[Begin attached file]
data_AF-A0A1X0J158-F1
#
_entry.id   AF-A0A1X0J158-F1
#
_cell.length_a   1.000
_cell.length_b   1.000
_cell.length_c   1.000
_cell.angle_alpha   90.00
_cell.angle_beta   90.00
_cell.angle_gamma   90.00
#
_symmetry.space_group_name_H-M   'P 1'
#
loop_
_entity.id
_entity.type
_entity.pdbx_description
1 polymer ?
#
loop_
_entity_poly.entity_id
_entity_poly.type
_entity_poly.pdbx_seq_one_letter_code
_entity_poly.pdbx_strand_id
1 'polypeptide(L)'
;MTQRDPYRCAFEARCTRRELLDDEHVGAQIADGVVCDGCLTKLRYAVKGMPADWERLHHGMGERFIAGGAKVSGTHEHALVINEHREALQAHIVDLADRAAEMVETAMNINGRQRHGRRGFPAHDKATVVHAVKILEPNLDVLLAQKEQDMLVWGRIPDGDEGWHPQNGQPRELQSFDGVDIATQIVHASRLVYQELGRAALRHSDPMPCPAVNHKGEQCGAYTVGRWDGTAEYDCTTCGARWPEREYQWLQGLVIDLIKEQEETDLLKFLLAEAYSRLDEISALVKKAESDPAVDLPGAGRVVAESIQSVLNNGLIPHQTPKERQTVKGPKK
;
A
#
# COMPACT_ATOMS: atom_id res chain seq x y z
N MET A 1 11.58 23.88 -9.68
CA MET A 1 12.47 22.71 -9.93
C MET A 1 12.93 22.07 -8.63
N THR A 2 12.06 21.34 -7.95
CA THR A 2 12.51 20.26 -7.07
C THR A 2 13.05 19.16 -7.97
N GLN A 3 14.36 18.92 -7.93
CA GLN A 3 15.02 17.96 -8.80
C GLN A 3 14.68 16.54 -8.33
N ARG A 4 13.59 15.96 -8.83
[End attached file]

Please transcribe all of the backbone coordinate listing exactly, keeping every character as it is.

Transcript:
data_AF-A0A1X0J158-F1
#
_entry.id   AF-A0A1X0J158-F1
#
_cell.length_a   1.000
_cell.length_b   1.000
_cell.length_c   1.000
_cell.angle_alpha   90.00
_cell.angle_beta   90.00
_cell.angle_gamma   90.00
#
_symmetry.space_group_name_H-M   'P 1'
#
loop_
_entity.id
_entity.type
_entity.pdbx_description
1 polymer ?
#
loop_
_entity_poly.entity_id
_entity_poly.type
_entity_poly.pdbx_seq_one_letter_code
_entity_poly.pdbx_strand_id
1 'polypeptide(L)'
;MTQRDPYRCAFEARCTRRELLDDEHVGAQIADGVVCDGCLTKLRYAVKGMPADWERLHHGMGERFIAGGAKVSGTHEHALVINEHREALQAHIVDLADRAAEMVETAMNINGRQRHGRRGFPAHDKATVVHAVKILEPNLDVLLAQKEQDMLVWGRIPDGDEGWHPQNGQPRELQSFDGVDIATQIVHASRLVYQELGRAALRHSDPMPCPAVNHKGEQCGAYTVGRWDGTAEYDCTTCGARWPEREYQWLQGLVIDLIKEQEETDLLKFLLAEAYSRLDEISALVKKAESDPAVDLPGAGRVVAESIQSVLNNGLIPHQTPKERQTVKGPKK
;
A
#
# COMPACT_ATOMS: atom_id res chain seq x y z
N MET A 1 11.58 23.88 -9.68
CA MET A 1 12.47 22.71 -9.93
C MET A 1 12.93 22.07 -8.63
N THR A 2 12.06 21.34 -7.95
CA THR A 2 12.51 20.26 -7.07
C THR A 2 13.05 19.16 -7.97
N GLN A 3 14.36 18.92 -7.93
CA GLN A 3 15.02 17.96 -8.80
C GLN A 3 14.68 16.54 -8.33
N ARG A 4 13.59 15.96 -8.83